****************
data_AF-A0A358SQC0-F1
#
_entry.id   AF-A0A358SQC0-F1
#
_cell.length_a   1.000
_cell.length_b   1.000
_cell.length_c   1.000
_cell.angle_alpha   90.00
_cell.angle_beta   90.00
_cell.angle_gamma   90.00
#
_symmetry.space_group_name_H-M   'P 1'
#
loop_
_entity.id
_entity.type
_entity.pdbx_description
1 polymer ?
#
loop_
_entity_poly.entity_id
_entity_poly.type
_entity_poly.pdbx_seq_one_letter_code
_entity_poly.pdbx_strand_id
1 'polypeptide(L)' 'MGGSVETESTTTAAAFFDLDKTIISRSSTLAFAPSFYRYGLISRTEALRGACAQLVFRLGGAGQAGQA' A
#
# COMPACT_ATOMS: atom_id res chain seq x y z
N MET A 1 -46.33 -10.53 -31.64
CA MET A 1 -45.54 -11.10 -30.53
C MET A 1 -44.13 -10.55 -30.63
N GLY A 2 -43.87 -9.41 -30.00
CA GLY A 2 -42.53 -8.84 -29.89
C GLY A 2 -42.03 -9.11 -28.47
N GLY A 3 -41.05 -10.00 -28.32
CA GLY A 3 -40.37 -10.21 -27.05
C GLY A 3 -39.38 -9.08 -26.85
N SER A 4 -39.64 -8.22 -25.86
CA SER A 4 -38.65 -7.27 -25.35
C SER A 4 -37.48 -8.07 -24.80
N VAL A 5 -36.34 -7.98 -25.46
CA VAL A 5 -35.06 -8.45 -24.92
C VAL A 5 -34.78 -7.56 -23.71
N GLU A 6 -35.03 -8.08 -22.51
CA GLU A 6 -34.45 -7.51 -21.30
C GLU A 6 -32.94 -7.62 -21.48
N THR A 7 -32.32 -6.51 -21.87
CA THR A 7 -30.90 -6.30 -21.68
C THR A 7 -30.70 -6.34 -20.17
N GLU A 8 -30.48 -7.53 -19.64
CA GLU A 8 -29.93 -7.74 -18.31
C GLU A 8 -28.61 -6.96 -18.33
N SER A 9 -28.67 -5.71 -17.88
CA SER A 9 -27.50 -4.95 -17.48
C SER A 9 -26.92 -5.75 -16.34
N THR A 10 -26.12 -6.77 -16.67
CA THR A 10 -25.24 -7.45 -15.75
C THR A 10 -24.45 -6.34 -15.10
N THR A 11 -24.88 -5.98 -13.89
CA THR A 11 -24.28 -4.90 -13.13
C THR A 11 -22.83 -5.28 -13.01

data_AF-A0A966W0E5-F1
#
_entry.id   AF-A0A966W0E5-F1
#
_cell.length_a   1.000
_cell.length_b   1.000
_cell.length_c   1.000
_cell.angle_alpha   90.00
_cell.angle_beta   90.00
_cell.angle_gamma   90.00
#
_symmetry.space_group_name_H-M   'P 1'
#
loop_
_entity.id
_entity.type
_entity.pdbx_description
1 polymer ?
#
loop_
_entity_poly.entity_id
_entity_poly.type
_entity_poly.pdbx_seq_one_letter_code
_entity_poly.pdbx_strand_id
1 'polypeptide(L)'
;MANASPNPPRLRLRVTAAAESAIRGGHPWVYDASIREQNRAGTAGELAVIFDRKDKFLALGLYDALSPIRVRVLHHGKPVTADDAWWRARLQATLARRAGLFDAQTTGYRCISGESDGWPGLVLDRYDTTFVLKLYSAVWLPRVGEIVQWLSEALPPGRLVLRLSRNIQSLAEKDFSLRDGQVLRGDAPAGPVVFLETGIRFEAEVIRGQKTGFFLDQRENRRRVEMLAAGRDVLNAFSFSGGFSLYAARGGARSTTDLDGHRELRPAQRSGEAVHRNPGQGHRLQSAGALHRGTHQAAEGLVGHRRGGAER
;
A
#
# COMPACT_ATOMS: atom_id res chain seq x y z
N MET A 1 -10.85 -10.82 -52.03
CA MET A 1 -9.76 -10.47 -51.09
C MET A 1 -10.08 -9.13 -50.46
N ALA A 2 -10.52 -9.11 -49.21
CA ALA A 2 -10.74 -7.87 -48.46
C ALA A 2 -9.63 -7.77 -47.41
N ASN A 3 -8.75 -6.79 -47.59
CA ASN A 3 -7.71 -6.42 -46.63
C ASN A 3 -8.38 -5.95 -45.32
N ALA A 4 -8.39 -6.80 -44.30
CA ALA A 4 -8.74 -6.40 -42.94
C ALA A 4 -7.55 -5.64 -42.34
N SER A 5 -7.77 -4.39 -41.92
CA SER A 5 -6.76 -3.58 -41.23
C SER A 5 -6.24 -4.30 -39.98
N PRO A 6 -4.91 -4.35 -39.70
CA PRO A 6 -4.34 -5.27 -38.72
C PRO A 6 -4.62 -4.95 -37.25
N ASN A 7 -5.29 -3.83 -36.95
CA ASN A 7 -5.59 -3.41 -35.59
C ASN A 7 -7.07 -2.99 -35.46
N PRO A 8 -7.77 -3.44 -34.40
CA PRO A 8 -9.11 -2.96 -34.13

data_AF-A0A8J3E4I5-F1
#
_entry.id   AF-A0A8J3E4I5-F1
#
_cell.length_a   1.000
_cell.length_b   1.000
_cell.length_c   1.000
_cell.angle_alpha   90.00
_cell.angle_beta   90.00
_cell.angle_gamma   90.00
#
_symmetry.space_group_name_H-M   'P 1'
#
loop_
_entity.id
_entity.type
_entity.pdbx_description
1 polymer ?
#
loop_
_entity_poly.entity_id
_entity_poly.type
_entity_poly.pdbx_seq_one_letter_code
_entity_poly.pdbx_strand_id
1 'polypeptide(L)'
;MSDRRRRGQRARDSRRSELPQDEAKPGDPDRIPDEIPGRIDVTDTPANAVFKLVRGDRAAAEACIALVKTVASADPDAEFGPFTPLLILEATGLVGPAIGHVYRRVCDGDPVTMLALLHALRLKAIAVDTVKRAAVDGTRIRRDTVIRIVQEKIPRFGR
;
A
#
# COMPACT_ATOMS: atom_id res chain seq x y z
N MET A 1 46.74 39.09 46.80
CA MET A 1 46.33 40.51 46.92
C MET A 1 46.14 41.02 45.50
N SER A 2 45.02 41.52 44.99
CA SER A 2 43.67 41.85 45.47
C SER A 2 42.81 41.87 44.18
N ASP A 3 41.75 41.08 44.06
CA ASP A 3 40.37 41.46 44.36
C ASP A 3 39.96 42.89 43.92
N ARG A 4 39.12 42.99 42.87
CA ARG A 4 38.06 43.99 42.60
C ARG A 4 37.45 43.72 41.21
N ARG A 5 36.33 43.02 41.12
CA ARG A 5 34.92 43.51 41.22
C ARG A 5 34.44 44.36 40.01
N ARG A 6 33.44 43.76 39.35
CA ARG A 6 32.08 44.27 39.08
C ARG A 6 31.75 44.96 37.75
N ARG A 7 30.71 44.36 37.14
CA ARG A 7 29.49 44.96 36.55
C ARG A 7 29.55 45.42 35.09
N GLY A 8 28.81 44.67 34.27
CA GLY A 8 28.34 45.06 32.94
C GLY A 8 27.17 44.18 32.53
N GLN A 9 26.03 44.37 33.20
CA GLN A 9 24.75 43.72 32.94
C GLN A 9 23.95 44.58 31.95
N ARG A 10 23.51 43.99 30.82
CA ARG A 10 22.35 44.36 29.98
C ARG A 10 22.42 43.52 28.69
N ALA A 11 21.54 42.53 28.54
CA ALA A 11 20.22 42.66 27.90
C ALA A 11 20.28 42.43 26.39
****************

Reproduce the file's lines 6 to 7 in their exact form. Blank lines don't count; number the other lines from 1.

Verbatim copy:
_cell.length_b   1.000
_cell.length_c   1.000